Mrs. Brodie’s Academy for Exceptional Young Ladies appears exclusive and respectable, a place for daughters of the gentry to glean the accomplishments that will win them suitable husbands.

But the academy is not what it seems. It’s more.

Alongside every lesson in French or dancing or mathematics, the students learn the skills they’ll need to survive in a man’s world. They forge; they fight; they change their accents to blend into a world apart.

The above appears to be a set of two novellas, one by Theresa Romain and one by, let’s see, Shana Galen. I like the idea, I know I like Romain, sure, let’s try that one.

Another author who’s missing: Carla Kelly. I know some of hers are set during the Napoleonic Wars because I read this one, for example, and it is, so as far as I’m concerned she’s a Regency writer.

My favorite of hers is Softly Falling. Not quite sure when that was set, but since it’s set in Wyoming, it doesn’t count as a Regency anyway — but certainly a Historical Romance, and a good one. Oh, yes, I see Kelly definitely has a somewhat expanded period; here’s one set in 1912. Maybe that’s why Tanjeem doesn’t count her as a Regency author.

Now: a little pause to appreciate the absence of Watership Down — or any other wildly unsuitable choice — on the linked list. For the rest of my life, I’m going to look with bated breath at Book Riot lists to see if Watership Down has somehow morphed into Gothic Romance or Space Opera or heaven knows what.

If you read Regencies — or historical romances at all — what authors do you particularly like (other than Georgette Heyer)?

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6 thoughts on “Must-read Regencies”

  1. Amusing that Jane Austen doesn’t get included as Regency in lists like this. Yes, she is almost redundant at this point–the genre wouldn’t exist without her novels, but still. Surely she should make the list sometimes? I actually prefer Jane Austen fanfic to many ‘official’ Regency novels. The fanfic author AMarguerite is actually on my list of favorite authors…and she is apparently trying to publish for real now. (A P&P modern retake, entitled Pride and Pyongyang, where Regency nobility is replaced by champion figure skaters.)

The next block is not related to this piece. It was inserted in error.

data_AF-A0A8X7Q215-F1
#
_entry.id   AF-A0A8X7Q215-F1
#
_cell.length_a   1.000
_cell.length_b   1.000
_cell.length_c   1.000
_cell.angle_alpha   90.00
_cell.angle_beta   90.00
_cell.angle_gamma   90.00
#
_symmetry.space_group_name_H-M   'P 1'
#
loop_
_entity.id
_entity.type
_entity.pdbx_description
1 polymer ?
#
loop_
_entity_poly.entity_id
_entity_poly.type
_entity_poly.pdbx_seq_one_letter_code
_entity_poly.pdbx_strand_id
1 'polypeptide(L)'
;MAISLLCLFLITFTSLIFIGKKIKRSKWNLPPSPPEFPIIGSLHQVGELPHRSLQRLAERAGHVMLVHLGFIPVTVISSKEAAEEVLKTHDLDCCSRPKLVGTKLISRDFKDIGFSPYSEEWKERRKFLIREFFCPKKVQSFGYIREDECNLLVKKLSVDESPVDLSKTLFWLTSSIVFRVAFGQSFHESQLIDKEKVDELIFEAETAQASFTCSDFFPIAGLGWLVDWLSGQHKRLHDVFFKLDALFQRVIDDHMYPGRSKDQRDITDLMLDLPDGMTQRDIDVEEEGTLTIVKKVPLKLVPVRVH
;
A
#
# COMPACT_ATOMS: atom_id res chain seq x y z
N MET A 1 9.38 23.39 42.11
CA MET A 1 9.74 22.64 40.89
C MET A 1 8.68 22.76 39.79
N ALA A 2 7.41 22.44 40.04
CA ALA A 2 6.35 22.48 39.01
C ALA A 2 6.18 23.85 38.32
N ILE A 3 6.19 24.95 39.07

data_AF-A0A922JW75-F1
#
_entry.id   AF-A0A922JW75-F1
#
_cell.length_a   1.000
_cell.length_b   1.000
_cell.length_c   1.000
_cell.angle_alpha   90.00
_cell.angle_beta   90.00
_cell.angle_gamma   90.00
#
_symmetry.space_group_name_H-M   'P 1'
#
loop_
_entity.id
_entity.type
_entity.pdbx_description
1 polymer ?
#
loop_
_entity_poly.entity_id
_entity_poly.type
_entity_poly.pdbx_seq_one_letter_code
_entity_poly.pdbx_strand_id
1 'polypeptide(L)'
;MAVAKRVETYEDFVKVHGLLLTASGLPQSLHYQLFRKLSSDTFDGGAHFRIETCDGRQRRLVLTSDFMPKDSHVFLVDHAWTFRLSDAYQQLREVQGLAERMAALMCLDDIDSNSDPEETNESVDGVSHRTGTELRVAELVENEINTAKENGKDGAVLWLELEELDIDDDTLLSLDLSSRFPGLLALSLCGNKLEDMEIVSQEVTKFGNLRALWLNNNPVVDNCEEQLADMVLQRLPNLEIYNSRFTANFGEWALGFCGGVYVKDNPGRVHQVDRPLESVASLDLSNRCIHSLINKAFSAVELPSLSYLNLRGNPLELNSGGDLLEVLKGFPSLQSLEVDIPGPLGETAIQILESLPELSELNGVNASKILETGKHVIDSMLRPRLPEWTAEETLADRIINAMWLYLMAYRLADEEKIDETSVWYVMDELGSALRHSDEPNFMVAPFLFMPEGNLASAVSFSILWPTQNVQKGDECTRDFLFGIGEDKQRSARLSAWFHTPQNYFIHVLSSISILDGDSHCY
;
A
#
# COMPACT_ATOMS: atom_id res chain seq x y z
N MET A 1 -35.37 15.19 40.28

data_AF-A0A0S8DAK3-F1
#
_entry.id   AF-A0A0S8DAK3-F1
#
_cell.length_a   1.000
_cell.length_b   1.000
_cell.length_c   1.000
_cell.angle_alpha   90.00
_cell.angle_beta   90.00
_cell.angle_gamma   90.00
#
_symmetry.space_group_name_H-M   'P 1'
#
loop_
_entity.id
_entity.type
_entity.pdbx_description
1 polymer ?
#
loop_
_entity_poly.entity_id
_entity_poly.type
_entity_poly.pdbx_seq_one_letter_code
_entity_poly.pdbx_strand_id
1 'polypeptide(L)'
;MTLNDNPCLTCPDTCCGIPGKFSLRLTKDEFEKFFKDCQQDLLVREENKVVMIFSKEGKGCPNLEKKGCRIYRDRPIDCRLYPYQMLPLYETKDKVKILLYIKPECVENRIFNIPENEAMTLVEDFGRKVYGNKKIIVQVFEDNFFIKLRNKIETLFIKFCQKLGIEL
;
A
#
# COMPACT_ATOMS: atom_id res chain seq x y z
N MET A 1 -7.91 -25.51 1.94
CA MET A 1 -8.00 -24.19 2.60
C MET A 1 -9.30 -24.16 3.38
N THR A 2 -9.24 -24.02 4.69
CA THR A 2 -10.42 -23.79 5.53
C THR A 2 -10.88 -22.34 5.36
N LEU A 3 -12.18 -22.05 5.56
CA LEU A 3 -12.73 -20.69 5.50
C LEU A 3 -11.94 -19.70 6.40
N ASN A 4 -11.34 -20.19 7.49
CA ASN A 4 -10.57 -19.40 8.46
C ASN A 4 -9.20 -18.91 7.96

Also, just reread Black Dog SS III. After seeing Tommy’s emergency surgery (amusingly set at a hospital) I was thinking that Ethan could also give Amira plastic surgery.

  2. After your first paragraph I started trying to draw an analogy: urban fantasy : Watership Down as Regency romance : _______? Temeraire, maybe? Les Miserables?

    Pete, Austen does overlap the period, but she significantly predates the genre. People are hesitant to call James Fenimore Cooper’s works Westerns for much the same reason.

  3. Urban fantasy : Watership Down

    Regency romance : _____________

    I think both Temeraire and Les Mes are actually too similar to Regencies to capture the full lunacy of the Watership Down-as-UF example. Hmm. Maybe something gritty and dark, with practically no trace of romance in it and not much similarity to the Regency setting either. Maybe something by Scott Lynch.

    Or alternatively, something sweet and historical, but not remotely a Regency romance. Little Women, maybe.

  4. Urban fantasy : Watership Down

    Regency romance : _____________

    Bambi? (the book)no Romance in that!

    I’m something of a pigeon-holer, and slot Rondo Allegro as a historical with romance, not a genre Romance romance.

    And, sorry, I really can’t swallow a supposed Regency with the premise of Mrs. Brodie’s Academy. That is so non-historical I’d have to read it as fantasy if I picked it up at all.

    I hope you’re enjoying Magic’s Poison

  5. Elaine, yes, the Mrs Brodie’s academy book is “another book by Theresa Romain I’ll try,” not “another Regency romance I’ll try.”